In the things following, being partly more general, and partly already handled, I will be the briefer.
He first tells us, page 149, that if we be Judah, and come from Israel, then we must not war against her as against Babylon, since she is the ten tribes, our brethren, which were not false Israelites, but the true seed of Abraham. 1 Kings xii. 24.
Edom also was Israel's brother, and the true seed of Abraham naturally, against whom he was forbidden to war, as against Canaan, Numb. xx. 14, 21; Deut. ii. 4, 5, &c.: was Edom therefore the true church or interested in the Lord's covenant, as well as Israel then? And though Judah was, at that one time, by special restraint, to forbear fighting against the ten tribes, as there was a time also, when she might not fight against Babylon, yet not so at other times; but she was, contrariwise, holpen of the Lord, to make a very great slaughter amongst them. 2 Chron. xiii. 3, 14–17. But for our fighting against England, it is only by the spiritual weapons of our testimony, the Word of God, our practice of Christ's ordinances and sufferings, against the confusion, clergy, and superstitions there: and thus we must war against all iniquity, whether of apostate Israel, or Babylon, it matters not.
His reasons to prove Judah as well as Israel a false church, are of no weight. And 1st, it is not true he saith, that the calves set up at Dan and Bethel did no more make them a false church, for in speaking of false Israelites, as he doth, he betrayeth too great ignorance, than the setting up of the calf in Horeb. For that calf was forthwith taken down again, burnt in the fire, and beaten to powder, the chief authors of the idolatry destroyed, and the rest brought to repentance, by which the wrath of the Lord was pacified, Exod. xxxii. and xxxiii.: whereas the ten tribes continued their idolatry, and with and for it, their schism from the true church Judah, and Jerusalem: and so were for their obstinacy and irrepentance joined with their sin, cast out of God's favour.
Alike frivolous is his second argument: from Solomon's following Ashtoreth, Milcom, and other idols: of which he also repented, as appears by his writing the Book of the Preacher, besides other arguments, and whom Judah is nowhere said to have followed in his idolatry, as did the ten tribes Jeroboam, in his. And not only so, but they went on also from evil to worse: adding to the false worship of the true God the worship of false gods, Baal and others. 1 Kings xvi. 25, 31.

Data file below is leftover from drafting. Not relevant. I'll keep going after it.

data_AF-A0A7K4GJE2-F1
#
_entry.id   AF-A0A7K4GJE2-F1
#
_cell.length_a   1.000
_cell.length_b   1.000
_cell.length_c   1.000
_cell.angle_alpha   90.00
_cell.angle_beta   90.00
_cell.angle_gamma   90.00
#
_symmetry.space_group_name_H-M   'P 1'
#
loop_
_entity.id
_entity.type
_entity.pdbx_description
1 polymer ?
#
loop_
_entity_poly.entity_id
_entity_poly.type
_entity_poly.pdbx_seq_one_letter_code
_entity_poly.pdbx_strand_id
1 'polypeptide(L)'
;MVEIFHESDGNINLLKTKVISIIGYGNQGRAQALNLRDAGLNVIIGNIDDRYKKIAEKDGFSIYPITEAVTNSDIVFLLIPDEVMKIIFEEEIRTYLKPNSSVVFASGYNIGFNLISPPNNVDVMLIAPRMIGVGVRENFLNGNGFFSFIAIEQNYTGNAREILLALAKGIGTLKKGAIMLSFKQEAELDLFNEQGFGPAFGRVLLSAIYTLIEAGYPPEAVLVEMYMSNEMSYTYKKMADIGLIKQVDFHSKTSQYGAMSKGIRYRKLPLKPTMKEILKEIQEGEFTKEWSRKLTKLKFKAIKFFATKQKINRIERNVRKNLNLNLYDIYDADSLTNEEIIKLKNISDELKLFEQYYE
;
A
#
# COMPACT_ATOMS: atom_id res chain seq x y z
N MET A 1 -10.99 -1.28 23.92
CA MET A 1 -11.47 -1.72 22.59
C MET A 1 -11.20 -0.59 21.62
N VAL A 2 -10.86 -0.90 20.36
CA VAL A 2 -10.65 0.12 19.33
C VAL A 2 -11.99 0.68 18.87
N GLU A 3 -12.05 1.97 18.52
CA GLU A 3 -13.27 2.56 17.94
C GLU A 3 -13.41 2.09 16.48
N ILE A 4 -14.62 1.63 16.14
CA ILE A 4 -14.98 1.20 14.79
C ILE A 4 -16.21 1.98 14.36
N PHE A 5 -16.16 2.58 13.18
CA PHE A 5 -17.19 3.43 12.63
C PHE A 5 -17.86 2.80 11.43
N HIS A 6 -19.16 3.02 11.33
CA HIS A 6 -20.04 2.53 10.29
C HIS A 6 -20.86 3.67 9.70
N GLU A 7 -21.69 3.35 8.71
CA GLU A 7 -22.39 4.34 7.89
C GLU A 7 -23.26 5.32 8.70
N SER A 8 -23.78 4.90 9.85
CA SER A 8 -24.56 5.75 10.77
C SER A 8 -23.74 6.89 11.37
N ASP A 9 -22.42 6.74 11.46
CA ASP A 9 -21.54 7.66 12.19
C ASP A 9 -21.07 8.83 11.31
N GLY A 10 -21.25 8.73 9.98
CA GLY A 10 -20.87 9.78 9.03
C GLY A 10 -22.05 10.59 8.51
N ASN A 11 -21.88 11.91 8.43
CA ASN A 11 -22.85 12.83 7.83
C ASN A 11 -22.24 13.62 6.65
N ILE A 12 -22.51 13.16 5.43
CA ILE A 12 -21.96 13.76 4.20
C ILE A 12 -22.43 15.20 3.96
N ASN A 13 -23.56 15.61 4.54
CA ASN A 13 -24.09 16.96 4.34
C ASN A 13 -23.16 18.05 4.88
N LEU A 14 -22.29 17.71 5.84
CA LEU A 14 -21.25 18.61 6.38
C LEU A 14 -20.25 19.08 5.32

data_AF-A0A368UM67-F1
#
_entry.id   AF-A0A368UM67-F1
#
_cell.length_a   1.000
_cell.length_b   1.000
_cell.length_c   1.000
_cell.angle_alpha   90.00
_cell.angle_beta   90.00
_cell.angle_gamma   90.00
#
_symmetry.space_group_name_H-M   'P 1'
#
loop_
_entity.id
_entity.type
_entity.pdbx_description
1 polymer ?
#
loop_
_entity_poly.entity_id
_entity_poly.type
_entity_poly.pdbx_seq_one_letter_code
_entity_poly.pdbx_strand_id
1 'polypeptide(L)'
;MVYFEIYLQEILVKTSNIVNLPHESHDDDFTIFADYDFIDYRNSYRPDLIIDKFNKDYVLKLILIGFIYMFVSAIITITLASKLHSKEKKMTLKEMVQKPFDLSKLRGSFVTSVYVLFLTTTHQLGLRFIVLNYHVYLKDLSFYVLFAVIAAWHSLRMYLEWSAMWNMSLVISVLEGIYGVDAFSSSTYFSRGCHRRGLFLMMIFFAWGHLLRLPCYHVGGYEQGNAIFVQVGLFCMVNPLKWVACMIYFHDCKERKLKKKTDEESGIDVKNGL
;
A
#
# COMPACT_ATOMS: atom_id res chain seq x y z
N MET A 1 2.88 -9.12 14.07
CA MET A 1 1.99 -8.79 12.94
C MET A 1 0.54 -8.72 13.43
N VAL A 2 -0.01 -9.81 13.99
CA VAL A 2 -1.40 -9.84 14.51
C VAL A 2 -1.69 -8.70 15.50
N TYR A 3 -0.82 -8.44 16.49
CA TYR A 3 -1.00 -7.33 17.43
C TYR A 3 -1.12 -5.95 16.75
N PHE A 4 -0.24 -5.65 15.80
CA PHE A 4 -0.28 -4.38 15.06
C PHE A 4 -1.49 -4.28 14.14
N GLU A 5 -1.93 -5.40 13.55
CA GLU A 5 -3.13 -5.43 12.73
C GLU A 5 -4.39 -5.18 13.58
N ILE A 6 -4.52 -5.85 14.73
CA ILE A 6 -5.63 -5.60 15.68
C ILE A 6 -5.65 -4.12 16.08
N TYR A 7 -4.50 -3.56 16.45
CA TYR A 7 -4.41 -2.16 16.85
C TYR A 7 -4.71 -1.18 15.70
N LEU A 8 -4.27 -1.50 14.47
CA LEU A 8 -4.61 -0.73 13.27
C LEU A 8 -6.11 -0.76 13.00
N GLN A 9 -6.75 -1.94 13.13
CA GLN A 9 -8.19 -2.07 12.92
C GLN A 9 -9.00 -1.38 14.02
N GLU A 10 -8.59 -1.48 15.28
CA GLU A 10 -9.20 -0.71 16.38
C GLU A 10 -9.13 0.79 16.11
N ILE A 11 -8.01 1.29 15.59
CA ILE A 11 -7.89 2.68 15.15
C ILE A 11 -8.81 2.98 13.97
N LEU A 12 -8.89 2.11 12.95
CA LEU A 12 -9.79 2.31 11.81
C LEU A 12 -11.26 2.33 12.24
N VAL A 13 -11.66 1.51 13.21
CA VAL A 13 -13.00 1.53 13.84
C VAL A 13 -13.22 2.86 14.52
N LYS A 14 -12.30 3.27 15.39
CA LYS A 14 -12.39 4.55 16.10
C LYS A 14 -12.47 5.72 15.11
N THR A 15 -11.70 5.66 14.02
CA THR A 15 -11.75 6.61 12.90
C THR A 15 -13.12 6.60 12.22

Thirdly, Though Jerusalem was at a time (in the body) called by the prophet, an harlot, and her sins said to be greater than either Samaria's or Sodom's, to wit, considering her estate, and means of bettering (for otherwise her sins in themselves were not comparable to theirs) yet, were there many in her abiding faithful in the Lord's covenant, and the other brought again into the bond thereof, by repentance, after the rod of the Lord's correction had passed, over them, and that he had taken the chief rebels from amongst them, Ezek. xx. 37, 38; and in those the true church consisted; the rest not being true members thereof: but a false seed, the plants of a strange vine, by right to have been cut off from the Lord's people, Jer. ii. 21: whereas the ten tribes went on in their sin, without repentance, or return out of their captivity, into the land of Canaan, the proper seat of the church. But of these things I have spoken before at large, as also of the outward baptism received in England, which he here calls the mark of the beast, and us for it, what he pleaseth: whereas, though he, that receives any doctrine, or ordinance of God ministered by the power of Antichrist, may therein be said to receive the mark of the beast, yet that doctrine, or ordinance is not in itself, the mark of the beast, but an holy thing of God, how unlawfully soever administered.
His mistaking the speech in the Apology of the seven thousand in Israel, I have formerly manifested. The peremptory doom which here he passeth upon all in England, and us with them, as out of the state of grace, and salvation, is a fruit of his rashness. Well is it for us, that he is not our judge: and better much had it been for him, if he had judged himself more severely, and others more charitably.